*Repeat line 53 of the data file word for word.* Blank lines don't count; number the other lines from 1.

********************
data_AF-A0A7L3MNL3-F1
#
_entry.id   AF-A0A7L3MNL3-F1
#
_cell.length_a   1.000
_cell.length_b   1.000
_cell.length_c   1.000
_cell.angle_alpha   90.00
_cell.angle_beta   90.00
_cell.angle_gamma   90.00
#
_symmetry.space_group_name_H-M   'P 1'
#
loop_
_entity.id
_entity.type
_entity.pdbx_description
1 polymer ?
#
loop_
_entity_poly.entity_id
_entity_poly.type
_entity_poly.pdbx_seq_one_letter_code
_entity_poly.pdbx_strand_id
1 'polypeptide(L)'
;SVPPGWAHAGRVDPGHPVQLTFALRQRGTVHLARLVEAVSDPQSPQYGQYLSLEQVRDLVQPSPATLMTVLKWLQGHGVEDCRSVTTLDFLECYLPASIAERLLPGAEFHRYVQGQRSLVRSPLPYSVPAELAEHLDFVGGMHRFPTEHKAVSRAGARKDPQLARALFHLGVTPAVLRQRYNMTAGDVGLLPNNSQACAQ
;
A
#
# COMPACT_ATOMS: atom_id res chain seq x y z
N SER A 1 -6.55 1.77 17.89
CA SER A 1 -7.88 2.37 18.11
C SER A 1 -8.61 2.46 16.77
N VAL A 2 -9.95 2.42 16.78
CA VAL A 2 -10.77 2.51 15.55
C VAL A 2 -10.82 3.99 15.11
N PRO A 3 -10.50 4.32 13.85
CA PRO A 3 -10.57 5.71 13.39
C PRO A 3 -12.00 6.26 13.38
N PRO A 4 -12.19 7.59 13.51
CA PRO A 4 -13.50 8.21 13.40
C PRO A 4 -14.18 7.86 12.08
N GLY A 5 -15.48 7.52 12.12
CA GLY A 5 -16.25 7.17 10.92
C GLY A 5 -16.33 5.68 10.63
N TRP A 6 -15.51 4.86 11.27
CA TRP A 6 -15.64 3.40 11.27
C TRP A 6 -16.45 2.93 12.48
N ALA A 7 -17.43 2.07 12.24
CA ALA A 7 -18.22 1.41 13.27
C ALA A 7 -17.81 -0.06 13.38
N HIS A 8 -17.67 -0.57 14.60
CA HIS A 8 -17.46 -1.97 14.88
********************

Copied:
CA HIS A 8 -17.46 -1.97 14.88